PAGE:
... In his own past and in his own body. The last three chapters play out the events of the first dozen or so issues of Invincible, but with a Mark who knows everything that's coming I've always been fascinated by how much of Invincible is about maturity and morality, and so Mark has to make a lot of tough choices, especially dealing with his father, who he knows is a good man underneath but is about to do some really terrible things. And when he makes those choices, he sees the world change for the better, maybe, somewhat, but his own life is worse for it. But Mark's a good guy, and willing to live a worse life for a better world. Until the other shoe really drops. As readers of genre fiction, we're often presented with the classic quandry of, "If you could kill Hitler before he was HITLER, would you?" But what if the question isn't about killing someone for the potential evil they will do, but "Would you sacrifice the person you love the most in the world, and by sacrifice I mean they will never be born and you will never know them, to make a better world?" And that is the question that Mark has to deal with at the end of the trade, and it's a heartbreaker. And even when he makes the choice, and I won't say which way he goes on here, but as ever with a Kirkman book, there's a price to be paid. Twenty-two trades (That's 126  issue folks) in, Invincible still finds way to stay fresh and interesting, and keep the reader guessing about where it's going next.


And hey, look, Dan Grote is back to reviewing, this month with a most Excellent comic (cue air guitar)...




Bill & Ted Go to Hell
Story by Brian Joines
Art by Bachan and Jeremy Lawson

I recently showed my 4-year-old son – you guys remember Logan, right?Bill & Ted’s Excellent Adventure for the first time. He’s already seen Back to the Future a bunch of times, and I wanted to show him there are cinematic time travelers way cooler than Marty McFly. At least Bill and Ted use the phone booth to go to more places than their own town.

Apparently, more than 25 years later, strange things remain afoot at the Circle K, as Wyld Stallyns’ co-founders are still kicking, at least in comics form.

Last year, BOOM Studios brought the pair back in Bill & Ted’s Most Triumphant Return, and this year they return again, most triumphantly, in Bill & Ted Go to Hell, the plot for which is as advertised. Someone has kidnapped B&T’s pal Death, which our heroes realize because he doesn’t show up at band practice Wednesday evening. To rescue Death, they round up their old friends Rufus, Joan of Arc, Abraham Lincoln and Billy the Kid (Billy’s best friend, Socrates, isn’t invited) and mount a mission to hell, where they discover that the beast normally in charge of the place has been usurped. I won’t give away the final splash-page reveal, but suffice it to say the story’s big bad is another familiar yet most heinous face.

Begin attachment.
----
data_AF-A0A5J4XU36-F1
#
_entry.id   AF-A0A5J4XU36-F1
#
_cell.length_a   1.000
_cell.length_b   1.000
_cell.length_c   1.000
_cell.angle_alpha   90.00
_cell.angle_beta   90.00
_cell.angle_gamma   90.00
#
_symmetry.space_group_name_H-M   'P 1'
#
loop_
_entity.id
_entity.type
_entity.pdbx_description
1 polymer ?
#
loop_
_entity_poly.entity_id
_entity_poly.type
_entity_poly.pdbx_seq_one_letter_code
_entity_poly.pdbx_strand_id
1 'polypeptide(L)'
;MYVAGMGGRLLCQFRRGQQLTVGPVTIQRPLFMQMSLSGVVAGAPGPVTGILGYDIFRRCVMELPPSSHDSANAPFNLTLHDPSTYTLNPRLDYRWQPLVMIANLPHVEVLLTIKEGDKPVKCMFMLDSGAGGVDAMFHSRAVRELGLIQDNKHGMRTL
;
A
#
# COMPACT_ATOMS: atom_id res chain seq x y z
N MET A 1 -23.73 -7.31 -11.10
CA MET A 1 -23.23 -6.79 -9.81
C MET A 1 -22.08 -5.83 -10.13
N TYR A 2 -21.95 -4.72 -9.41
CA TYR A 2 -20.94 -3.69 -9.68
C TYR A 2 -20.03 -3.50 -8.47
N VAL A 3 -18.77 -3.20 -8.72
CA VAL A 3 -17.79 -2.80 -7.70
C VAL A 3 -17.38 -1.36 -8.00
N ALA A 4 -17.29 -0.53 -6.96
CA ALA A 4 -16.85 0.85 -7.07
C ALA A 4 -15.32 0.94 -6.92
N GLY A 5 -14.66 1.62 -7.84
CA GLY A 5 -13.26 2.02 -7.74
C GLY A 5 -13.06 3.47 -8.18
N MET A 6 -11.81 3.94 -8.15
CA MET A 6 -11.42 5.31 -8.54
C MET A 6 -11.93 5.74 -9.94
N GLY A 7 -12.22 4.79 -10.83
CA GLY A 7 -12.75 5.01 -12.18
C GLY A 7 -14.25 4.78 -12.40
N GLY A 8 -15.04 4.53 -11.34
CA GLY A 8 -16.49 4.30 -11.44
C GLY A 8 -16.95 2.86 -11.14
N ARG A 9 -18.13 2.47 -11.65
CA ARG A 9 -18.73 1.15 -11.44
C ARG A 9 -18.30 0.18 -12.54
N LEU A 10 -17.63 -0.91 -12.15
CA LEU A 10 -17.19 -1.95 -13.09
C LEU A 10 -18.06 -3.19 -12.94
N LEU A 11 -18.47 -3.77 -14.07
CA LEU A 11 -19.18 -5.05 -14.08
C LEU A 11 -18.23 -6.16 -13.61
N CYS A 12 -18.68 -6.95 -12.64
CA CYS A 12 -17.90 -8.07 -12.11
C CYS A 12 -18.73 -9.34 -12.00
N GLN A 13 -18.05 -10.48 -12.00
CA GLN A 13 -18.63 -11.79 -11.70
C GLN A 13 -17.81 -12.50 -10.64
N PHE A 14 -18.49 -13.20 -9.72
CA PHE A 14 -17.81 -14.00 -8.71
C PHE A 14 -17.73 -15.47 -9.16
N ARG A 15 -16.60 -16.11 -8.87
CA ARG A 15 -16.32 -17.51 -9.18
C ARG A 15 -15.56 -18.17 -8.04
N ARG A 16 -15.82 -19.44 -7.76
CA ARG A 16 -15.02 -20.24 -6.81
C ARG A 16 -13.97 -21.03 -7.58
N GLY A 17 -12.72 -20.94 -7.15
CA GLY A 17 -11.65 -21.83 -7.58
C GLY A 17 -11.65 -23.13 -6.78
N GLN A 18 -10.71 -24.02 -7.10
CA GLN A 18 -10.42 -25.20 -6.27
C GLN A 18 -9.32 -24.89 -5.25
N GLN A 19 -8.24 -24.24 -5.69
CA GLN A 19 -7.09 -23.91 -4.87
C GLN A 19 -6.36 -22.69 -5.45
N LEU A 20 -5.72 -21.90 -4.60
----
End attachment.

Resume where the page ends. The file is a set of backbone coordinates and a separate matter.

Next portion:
Bachan’s art captures the absurdity of the franchise, which went off the rails from time travel to the afterlife in the second film. In some ways it resembles a (slightly) toned-down version of the cartoon style Rob Guillory deploys on Image’s Chew. How else to draw a book that features a monstrous Easter bunny, good-robot versions of Bill & Ted and a giant, naked Satan?

The first issue alone features much of the movies’ supporting cast, including B&T’s princess wives, their infant sons, the aforementioned robots, their time-traveling companions, their dads, their ex-stepmom Missy, Death, Bogus Journey villain-turned-friend Chuck de Nomolos, military-school recruiter Col. Oats, et al. Brian Joines also nails Bill and Ted’s vocal ticks – that mix of stoner cadence and dime-store words like “egregious” and “odious.” (Seriously, are B&T smart or dumb? They nearly failed history in the first movie, but somehow they were able to figure out time travel enough to orchestrate a jailbreak.)


If you’re a fan of the movies and their minutiae, and you have the disposable income for a silly yet most epic adventure, the book’s a lot of fun. Now, if you’ll excuse me, I have to rewatch Bogus Journey, because it occurs to me I remember next to nothing about that film.